On June 23, 2009 The New York Times reported that U.S. federal agriculture officials, "contrary to the popular assumption that the new swine flu pandemic arose on factory farms in Mexico," now believe that it "most likely emerged in pigs in Asia, but then traveled to North America in a human." They emphasized that there was no way to prove their hypothesis, but stated that there is no evidence that this new virus, which combines Eurasian and North American genes, has ever circulated in North American pigs, "while there is tantalizing evidence that a closely related 'sister virus' has circulated in Asia."
In early June 2009, using computational methods developed over the last ten years, an international team of researchers attempted to reconstruct the origins and timescale of the 2009 flu pandemic. Dr Oliver Pybus of Oxford University's Department of Zoology, and part of the research team, claims "Our results show that this strain has been circulating among pigs, possibly among multiple continents, for many years prior to its transmission to humans." The research team that worked on this report also believe that it was "derived from several viruses circulating in swine," and that the initial transmission to humans occurred several months before recognition of the outbreak. The team concluded that "despite widespread influenza surveillance in humans, the lack of systematic swine surveillance allowed for the undetected persistence and evolution of this potentially pandemic strain for many years."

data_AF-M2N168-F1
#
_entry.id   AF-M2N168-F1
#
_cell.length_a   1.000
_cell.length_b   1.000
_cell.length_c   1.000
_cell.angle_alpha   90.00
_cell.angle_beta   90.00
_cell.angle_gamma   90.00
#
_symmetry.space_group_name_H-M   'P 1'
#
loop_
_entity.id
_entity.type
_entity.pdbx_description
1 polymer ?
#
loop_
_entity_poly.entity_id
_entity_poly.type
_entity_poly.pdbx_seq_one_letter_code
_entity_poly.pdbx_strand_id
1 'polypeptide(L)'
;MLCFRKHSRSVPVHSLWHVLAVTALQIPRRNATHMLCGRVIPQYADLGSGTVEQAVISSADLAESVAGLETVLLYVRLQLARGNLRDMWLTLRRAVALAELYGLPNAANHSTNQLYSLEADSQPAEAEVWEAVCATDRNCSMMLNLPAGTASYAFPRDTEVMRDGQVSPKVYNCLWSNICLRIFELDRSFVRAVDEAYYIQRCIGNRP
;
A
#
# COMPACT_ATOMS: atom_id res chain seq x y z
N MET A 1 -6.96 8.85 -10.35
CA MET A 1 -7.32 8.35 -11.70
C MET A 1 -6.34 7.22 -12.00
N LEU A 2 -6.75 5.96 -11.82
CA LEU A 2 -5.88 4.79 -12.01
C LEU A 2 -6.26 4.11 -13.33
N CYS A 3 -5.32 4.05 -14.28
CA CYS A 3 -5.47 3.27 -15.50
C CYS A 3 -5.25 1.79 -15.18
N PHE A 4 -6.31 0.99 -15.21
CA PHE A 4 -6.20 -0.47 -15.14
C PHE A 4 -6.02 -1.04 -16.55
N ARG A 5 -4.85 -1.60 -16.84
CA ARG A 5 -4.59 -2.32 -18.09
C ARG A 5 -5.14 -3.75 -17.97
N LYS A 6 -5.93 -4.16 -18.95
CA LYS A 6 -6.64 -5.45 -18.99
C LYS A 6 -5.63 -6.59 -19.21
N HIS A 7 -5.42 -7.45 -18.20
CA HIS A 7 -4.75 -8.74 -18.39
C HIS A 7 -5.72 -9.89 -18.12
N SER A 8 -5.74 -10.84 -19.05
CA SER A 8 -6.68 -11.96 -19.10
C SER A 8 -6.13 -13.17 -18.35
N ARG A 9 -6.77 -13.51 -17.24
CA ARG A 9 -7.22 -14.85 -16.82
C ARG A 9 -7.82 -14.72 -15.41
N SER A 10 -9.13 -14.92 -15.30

According to the researchers, movement of live pigs between Eurasia and North America "seems to have facilitated the mixing of diverse swine influenza viruses, leading to the multiple reassortment events associated with the genesis of the (new H1N1) strain (see figure 1)." They also stated that this new pandemic "provides further evidence of the role of domestic pigs in the ecosystem of influenza A."
Figure 1. History of Reassortment Events in the Evolution of the 2009 Influenza A (H1N1) Virus.
In November, 2009 a study was published in Virology Journal in which it was suggested that the virus may be the product of three strains from three continents that swapped genes in a lab or a vaccine-making plant, and subsequently "escaped". The study, published in a free, online journal reviewed by other scientists, follows debate among researchers in May, 2009, when the authors asked the World Health Organization to consider the hypothesis. After reviewing the initial paper, WHO and other organizations concluded the pandemic strain was a naturally occurring virus and not laboratory-derived.